Resource Graph Explorer and common use cases
This is my third post about Resource Graph and this time I will cover the new Explorer in the Azure portal and some use cases where I have found Resource Graph really helpful.
You can find my previous posts here:
Resource Graph Explorer
The new Resource graph Explorer gives the opportunity to create, save and pin queries that we made in Resource graph. In the Explorer you use Kusto query language directly so no need to use Powershell or CLI.
More info about Kusto can be found here
where type =~ 'microsoft.compute/virtualmachines'
| summarize count() by
OS = tostring(aliases['Microsoft.Compute/virtualMachines/storageProfile.osDisk.osType']),
OsVersion = tostring(properties.storageProfile.imageReference.version)
In the explorer we can build queries by just browsing and clicking the resources and properties we are looking for.
In below example i first added virtual machines and then vmsize under hardwareProfile. Then i simply add the size i was looking for in my case Standard_B1ls.
It also gives us an easy way to save and reuse our saved queries, with the save and open query option showed in above picture. No need to memorize or save queries elsewhere.
Another nice feature is that you can pin your results to visualize it on your dashboard.
View from dashboard
Its so easy to create resources in Azure today, which is great! But often when we are cleaning our environments of retired resources, we tend to focus on the one that generates the most cost. This leaves us with orphan resources that might not longer be in use. Let´s take Availability set as example we create them to keep our SLA´s up for virtual machines but after retirement of the virtual machines the availability sets might still be there.
Let’s use Resource graph explorer to find all Availability sets and show the property of virtual machines.
where type =~ 'Microsoft.Compute/availabilitySets' | project subscriptionId, name, resourceGroup, properties.virtualMachines
This can be done through for example Powershell but the scripts tend to become quite advanced just to get the property of resources across subscriptions, this is not the case with Resource Graph.
Evaluate Policy Impact
Perhaps one of the most common use cases for resource graph is to evaluate policy impact before even creating the policy. We can query our resource in such way our policy would evaluate our resources. Take Storage account as an example. Perhaps we would like to deploy a policy to deny creation of Storage accounts that allows connection from “All Networks”. Before doing this, we can run a query in Resource Graph and get the result for already created resources.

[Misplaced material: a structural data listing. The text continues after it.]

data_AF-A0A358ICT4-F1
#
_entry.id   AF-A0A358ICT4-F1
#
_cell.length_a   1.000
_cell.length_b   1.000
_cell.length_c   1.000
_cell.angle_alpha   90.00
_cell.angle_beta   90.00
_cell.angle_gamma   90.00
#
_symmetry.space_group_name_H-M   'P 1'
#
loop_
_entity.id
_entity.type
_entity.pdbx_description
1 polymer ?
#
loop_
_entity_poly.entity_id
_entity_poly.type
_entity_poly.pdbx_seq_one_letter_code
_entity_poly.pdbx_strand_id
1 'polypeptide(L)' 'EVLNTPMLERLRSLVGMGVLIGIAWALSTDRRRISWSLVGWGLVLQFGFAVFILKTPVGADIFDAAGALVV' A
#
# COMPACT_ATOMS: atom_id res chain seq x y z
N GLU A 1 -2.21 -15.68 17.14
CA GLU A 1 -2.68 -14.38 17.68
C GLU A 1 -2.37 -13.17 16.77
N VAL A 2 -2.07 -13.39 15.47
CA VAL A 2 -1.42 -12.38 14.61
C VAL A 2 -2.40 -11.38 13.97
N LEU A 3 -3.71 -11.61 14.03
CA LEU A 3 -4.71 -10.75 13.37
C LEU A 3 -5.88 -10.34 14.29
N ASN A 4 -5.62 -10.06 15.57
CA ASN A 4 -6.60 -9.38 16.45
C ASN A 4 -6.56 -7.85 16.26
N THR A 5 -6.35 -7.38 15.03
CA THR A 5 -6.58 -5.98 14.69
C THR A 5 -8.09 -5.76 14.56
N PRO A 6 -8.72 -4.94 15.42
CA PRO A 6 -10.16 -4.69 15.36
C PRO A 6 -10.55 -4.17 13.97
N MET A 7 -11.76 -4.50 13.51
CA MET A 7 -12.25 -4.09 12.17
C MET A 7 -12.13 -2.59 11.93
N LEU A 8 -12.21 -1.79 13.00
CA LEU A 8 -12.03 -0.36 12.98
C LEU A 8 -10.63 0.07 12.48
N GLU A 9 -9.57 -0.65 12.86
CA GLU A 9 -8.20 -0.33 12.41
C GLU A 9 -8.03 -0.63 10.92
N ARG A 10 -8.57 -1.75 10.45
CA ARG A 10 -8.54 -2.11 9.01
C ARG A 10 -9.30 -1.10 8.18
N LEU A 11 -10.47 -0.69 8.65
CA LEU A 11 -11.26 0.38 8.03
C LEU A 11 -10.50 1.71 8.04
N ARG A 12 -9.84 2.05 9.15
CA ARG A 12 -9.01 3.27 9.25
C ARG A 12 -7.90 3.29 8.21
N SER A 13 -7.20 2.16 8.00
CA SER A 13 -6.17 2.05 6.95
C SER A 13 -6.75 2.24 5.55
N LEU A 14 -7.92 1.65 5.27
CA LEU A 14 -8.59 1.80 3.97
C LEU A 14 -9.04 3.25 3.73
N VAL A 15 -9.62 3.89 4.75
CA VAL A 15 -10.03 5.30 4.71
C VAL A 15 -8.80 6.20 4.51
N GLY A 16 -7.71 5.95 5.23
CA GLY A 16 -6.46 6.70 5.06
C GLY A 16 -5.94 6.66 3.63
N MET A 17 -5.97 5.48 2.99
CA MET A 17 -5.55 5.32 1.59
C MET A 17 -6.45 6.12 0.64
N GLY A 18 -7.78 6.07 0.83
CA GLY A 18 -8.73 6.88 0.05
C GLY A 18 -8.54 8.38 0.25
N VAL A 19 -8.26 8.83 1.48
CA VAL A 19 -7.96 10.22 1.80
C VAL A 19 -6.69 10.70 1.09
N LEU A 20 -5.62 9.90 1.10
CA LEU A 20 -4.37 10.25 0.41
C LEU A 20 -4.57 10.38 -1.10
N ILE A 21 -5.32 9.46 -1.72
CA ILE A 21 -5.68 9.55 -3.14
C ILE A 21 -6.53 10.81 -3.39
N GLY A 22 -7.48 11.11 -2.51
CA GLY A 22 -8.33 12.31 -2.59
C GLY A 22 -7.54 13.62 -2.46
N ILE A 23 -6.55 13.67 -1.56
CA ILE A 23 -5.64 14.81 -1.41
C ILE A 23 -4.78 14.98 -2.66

where type =~ 'microsoft.storage/storageaccounts' | where aliases['Microsoft.Storage/storageAccounts/networkAcls.defaultAction'] =='Allow'
If you are using Powershell or CLI its easy to create a policy based on your Resource graph query take a look at the post i linked to at the start of this post.
Get Resource changes
A recently released preview feature gives you the possibility to find changes done to your resources. To do this we can use REST API, Activity log or the compliance view in Azure Policy. All the below approaches to get Change history is provided through Resource Graph. To trigger a change a property of the resource is either added, removed or modified.
View Change history is available as preview in Activity logs.
From the Activity log you can drill down to an event and then click “Change History (Preview)”.
In my example below i changed the setting on a storage account to allow Access from – Selected networks.
From the compliance view in Azure Policy go to your initiative or definition and then select the recourse you would like to view change history for. From here we get similar experience as described before in Activity logs. We can easily determine what properties that have changed.
Choose detection time to show exactly what changed for the resource.
Its also possible to get resource changes through the API, i wont cover the details in this post but follow the link below to get started.
Through the API the process can be broken down into three steps.
- Enter an interval and resourceID.(Find when changes were detected)
- Use the ChangeID to to get what properties changed.(See what properties changed)
- The response will be a JSON formatted with two configurations, one before the snapshot and one after the snapshot. Compare both to determine what properties changed for the given changeID.
To get a better understanding on how to use the API for resource changes take a look here
I think the new resource change view is great and it gives a simple way to see how your resources have modified. The possibility to do so both through Activity log and API makes it flexible and useful for most common scenarios and through the compliance view it’s a great way to track changes that might have changed your compliance level.
Azure Resource Explorer
With the new explorer we get similar experience as we are familiar with from Log Analytics and the language is also Kusto based as in Log analytics. Build a library of commonly used queries and pin them to your dashboard to keep tracking of resources and properties that’s important in your environment.
If you have any questions or scenarios you would like to discuss you can reach me at